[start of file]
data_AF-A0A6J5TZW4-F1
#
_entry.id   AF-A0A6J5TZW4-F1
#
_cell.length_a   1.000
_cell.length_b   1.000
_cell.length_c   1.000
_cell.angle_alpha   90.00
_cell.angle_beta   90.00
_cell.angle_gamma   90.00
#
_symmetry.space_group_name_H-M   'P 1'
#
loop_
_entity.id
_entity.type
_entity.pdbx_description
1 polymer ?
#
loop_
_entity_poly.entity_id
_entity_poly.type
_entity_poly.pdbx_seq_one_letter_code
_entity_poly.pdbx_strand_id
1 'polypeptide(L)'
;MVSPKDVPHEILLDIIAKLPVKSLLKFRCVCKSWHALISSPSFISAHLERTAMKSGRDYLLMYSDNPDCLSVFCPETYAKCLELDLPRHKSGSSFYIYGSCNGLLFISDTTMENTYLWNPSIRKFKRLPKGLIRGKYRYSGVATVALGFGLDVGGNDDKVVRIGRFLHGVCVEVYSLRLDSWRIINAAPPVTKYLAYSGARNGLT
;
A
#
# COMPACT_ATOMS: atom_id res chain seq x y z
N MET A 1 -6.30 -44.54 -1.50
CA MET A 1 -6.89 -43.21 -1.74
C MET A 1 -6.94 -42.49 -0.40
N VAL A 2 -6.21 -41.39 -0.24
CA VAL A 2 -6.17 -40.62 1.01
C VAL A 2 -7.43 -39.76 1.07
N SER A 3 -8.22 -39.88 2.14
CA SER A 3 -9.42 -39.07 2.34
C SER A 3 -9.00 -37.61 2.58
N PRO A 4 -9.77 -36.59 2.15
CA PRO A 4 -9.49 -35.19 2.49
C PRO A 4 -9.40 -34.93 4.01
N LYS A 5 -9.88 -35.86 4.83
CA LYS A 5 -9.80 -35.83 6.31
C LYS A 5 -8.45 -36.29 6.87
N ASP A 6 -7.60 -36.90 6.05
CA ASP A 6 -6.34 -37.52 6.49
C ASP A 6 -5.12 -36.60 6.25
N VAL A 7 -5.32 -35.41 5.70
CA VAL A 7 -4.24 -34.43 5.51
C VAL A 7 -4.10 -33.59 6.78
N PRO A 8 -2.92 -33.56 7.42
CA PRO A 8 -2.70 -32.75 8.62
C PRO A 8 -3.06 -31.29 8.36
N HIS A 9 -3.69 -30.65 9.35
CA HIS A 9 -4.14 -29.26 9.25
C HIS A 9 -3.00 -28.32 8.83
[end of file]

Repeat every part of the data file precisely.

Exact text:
data_AF-A0A6J5TZW4-F1
#
_entry.id   AF-A0A6J5TZW4-F1
#
_cell.length_a   1.000
_cell.length_b   1.000
_cell.length_c   1.000
_cell.angle_alpha   90.00
_cell.angle_beta   90.00
_cell.angle_gamma   90.00
#
_symmetry.space_group_name_H-M   'P 1'
#
loop_
_entity.id
_entity.type
_entity.pdbx_description
1 polymer ?
#
loop_
_entity_poly.entity_id
_entity_poly.type
_entity_poly.pdbx_seq_one_letter_code
_entity_poly.pdbx_strand_id
1 'polypeptide(L)'
;MVSPKDVPHEILLDIIAKLPVKSLLKFRCVCKSWHALISSPSFISAHLERTAMKSGRDYLLMYSDNPDCLSVFCPETYAKCLELDLPRHKSGSSFYIYGSCNGLLFISDTTMENTYLWNPSIRKFKRLPKGLIRGKYRYSGVATVALGFGLDVGGNDDKVVRIGRFLHGVCVEVYSLRLDSWRIINAAPPVTKYLAYSGARNGLT
;
A
#
# COMPACT_ATOMS: atom_id res chain seq x y z
N MET A 1 -6.30 -44.54 -1.50
CA MET A 1 -6.89 -43.21 -1.74
C MET A 1 -6.94 -42.49 -0.40
N VAL A 2 -6.21 -41.39 -0.24
CA VAL A 2 -6.17 -40.62 1.01
C VAL A 2 -7.43 -39.76 1.07
N SER A 3 -8.22 -39.88 2.14
CA SER A 3 -9.42 -39.07 2.34
C SER A 3 -9.00 -37.61 2.58
N PRO A 4 -9.77 -36.59 2.15
CA PRO A 4 -9.49 -35.19 2.49
C PRO A 4 -9.40 -34.93 4.01
N LYS A 5 -9.88 -35.86 4.83
CA LYS A 5 -9.80 -35.83 6.31
C LYS A 5 -8.45 -36.29 6.87
N ASP A 6 -7.60 -36.90 6.05
CA ASP A 6 -6.34 -37.52 6.49
C ASP A 6 -5.12 -36.60 6.25
N VAL A 7 -5.32 -35.41 5.70
CA VAL A 7 -4.24 -34.43 5.51
C VAL A 7 -4.10 -33.59 6.78
N PRO A 8 -2.92 -33.56 7.42
CA PRO A 8 -2.70 -32.75 8.62
C PRO A 8 -3.06 -31.29 8.36
N HIS A 9 -3.69 -30.65 9.35
CA HIS A 9 -4.14 -29.26 9.25
C HIS A 9 -3.00 -28.32 8.83